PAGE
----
Are you too fat? Is your kid? Your state legislator wants to know.
Last week, the Carolina Journal reported that state legislators in both the House and the Senate want to weigh your kid. Officials are debating over which kids should have body mass index tests, with the results reported to state government, of course. They haven't decided whether to subject all public school children in the state to the humiliation of a weigh-in, or whether they'll just go after those on Medicaid or public assistance through their doctors' offices.
Why this is suddenly urgent when they are facing a massive $3 billion budget hole over the next few years is anybody's guess. Ditto for the $12 million they want to spend to -- no joke -- "retrofit" school cafeterias and train cafeteria workers to "present fresh fruit and vegetables in a manner that invites kids to select and eat." And this is while teachers are being fired across the state due to budget cuts. They also want to institute mandatory exercise programs in day care centers.
This governmental weigh-in obsession didn't start with the kids, by the way. In the first phase, state workers learned that they and their family members who are covered by state health plans will be subjected to random, unscheduled weigh-ins at school or work. If any member of the family is found to be too fat or tests positive for nicotine, indicating that they have been smoking, they could be docked thousands of dollars as they are forced to retroactively pay a higher cost for their plans.
If you aren't a state worker or don't have a kid on a government program or in school, you're probably thinking that this won't apply to you, but just wait. When the new national health care plan goes into effect, another 15 percent of North Carolinians will be on Medicaid. (The cost is an additional $850 million per year to the state, which is already broke -- but who's counting?) And with the states running government health care exchanges that everyone will be forced to buy insurance from, it won't be long until everyone is on a "state" health care plan. Then the state takes the next logical step -- mandatory weigh-ins for all. That is, if the federal government doesn't do it first.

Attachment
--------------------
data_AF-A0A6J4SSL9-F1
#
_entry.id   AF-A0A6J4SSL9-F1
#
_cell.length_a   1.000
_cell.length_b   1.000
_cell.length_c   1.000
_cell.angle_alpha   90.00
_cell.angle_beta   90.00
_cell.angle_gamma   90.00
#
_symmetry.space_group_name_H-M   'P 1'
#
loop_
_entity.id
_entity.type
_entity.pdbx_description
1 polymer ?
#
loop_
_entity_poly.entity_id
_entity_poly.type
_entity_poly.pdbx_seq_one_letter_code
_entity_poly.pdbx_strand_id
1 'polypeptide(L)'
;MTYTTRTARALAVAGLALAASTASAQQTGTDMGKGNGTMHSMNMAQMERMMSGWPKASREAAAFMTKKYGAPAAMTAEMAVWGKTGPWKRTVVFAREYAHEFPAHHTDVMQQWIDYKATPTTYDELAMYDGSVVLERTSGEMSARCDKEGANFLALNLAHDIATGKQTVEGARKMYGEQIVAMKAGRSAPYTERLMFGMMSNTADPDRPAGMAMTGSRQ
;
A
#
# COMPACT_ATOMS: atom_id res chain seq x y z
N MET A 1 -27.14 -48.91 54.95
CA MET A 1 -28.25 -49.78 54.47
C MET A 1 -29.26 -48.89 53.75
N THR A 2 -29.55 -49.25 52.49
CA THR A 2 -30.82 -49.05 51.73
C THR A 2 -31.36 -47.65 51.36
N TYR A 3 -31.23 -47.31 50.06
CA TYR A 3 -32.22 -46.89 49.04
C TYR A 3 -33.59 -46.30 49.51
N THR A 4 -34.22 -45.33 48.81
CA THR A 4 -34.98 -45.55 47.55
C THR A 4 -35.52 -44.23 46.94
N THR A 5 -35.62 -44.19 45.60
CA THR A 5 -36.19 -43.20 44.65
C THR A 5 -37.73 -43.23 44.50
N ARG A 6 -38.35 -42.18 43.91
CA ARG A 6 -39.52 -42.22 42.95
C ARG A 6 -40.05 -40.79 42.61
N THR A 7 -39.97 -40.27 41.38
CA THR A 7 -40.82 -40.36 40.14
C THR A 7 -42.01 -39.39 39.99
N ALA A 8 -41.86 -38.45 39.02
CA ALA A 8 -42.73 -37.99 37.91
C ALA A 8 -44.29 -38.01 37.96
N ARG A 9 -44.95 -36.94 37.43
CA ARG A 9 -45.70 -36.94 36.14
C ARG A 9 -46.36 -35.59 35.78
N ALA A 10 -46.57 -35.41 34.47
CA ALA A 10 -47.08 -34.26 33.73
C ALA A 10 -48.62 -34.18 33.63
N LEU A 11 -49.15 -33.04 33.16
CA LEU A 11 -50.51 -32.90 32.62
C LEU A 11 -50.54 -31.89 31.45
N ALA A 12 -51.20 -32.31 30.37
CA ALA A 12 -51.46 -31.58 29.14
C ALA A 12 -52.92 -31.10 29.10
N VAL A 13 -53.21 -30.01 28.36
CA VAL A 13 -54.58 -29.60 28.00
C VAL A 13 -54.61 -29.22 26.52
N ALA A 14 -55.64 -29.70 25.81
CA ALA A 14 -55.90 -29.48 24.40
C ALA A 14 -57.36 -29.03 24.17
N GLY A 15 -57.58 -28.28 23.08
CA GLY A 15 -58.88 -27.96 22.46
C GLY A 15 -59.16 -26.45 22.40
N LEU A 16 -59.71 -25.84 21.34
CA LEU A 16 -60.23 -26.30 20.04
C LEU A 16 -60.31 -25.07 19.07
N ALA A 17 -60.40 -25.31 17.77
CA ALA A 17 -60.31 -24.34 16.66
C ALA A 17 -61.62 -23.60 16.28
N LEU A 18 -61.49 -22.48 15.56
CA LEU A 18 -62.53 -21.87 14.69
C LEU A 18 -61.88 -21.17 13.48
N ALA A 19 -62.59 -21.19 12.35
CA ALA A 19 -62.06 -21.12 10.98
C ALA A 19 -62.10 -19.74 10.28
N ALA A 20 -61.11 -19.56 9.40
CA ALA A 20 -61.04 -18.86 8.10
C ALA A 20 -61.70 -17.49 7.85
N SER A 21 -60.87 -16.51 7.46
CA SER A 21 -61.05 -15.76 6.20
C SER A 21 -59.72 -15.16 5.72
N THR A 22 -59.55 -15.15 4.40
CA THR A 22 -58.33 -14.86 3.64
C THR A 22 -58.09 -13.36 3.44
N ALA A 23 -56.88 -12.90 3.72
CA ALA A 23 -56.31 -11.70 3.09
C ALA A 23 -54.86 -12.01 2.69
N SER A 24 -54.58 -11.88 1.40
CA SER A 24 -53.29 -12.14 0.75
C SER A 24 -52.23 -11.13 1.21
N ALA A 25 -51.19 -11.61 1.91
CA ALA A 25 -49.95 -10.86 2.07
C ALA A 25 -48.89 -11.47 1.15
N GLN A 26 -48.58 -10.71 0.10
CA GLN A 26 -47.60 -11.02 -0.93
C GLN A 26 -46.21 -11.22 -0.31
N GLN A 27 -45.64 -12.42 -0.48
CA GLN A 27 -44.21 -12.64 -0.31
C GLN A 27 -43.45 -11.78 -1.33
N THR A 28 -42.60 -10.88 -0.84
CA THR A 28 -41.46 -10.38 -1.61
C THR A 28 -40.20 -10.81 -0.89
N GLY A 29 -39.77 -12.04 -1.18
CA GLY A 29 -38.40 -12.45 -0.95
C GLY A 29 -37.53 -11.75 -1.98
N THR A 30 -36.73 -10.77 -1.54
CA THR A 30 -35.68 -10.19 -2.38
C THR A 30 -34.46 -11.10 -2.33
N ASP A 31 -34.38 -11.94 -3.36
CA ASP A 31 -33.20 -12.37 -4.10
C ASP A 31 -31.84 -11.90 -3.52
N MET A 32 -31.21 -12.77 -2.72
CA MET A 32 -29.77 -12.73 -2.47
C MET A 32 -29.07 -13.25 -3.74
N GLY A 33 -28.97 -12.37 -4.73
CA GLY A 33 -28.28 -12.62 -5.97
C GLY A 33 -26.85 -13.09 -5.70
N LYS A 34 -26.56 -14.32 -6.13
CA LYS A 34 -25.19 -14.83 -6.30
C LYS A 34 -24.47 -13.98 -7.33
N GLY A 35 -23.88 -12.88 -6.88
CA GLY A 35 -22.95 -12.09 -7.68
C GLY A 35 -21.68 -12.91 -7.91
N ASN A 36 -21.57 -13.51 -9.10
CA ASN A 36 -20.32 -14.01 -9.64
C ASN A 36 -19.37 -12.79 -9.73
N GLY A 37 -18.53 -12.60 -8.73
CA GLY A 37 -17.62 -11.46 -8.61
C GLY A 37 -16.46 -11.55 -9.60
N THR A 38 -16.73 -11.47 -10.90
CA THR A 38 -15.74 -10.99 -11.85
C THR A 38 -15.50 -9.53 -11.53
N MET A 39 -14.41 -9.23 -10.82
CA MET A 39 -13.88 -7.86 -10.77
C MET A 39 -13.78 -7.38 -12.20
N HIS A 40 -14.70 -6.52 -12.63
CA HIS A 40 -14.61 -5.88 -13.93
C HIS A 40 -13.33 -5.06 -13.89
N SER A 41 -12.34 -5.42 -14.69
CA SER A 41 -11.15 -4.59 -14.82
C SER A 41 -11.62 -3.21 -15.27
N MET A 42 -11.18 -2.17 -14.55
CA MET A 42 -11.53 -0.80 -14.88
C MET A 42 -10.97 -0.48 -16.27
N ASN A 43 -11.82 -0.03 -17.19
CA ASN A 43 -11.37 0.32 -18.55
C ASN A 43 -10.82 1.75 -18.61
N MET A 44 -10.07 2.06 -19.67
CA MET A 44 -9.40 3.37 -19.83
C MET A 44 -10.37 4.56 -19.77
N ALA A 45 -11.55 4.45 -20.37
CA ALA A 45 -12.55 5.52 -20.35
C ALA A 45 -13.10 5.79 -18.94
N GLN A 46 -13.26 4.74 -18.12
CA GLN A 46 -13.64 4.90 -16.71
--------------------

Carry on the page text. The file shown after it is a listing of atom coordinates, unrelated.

I imagine the weigh-ins will take place during visits to the doctor, with the results reported to the federal or state governments or both. Why would they do this, you ask? There are lots of reasons but the most obvious one is to assist in rationing care. It's already being done in the U.K., which also has a government-run health care system.
In the zip codes where the system is the most overburdened, people seeking procedures like hip surgery are routinely denied or forced to go to the end of the line or wait for months or even years longer if they are found to be overweight or they test positive for nicotine.
In the beginning, though, the government will probably just collect the information on our smoking and drinking habits in order to charge us more money for our health coverage, as the state does now with state workers.
NASCAR museum going nowhere fast?
Last week, our NASCAR Hall of Fame was named in a Wall Street Journal article about several of the nation's municipal debt disasters, which was kind of strange because around these parts the museum, which recently opened, is only considered to be mildly troubled. Attendance is off by about a third from projections, but all the usual suspects say the tourist attraction, which is funded by a hotel tax, will have no trouble generating enough cash to make its debt payments.
But as the Journal points out, the $154 million museum will employ just 115 people, and a recent economic development study pointed out that the increased annual tourism activity it will generate annually won't even equal what one NASCAR race next door in Concord does. It sure does look nice from the I-277 loop, though. I just hope it was worth it.
To those who aren't glued to the Charlotte civic scene, the coverage surrounding the passing of Charlotte City Council member Susan Burgess must seem all encompassing, particularly for those who are just learning her name or things about her.
That's because Burgess wasn't just another local politician, but more of an institution. Without her, the political scene won't be the same in much the same way that the banking scene here, while still thriving, seems oddly flat without Hugh McColl or Ed Crutchfield. Burgess died last week at age 64 after a fight with cancer. A phone call to Burgess was the first I made to a local political figure as a cub political reporter for The Leader newspaper back in 1997.
She went easy on me.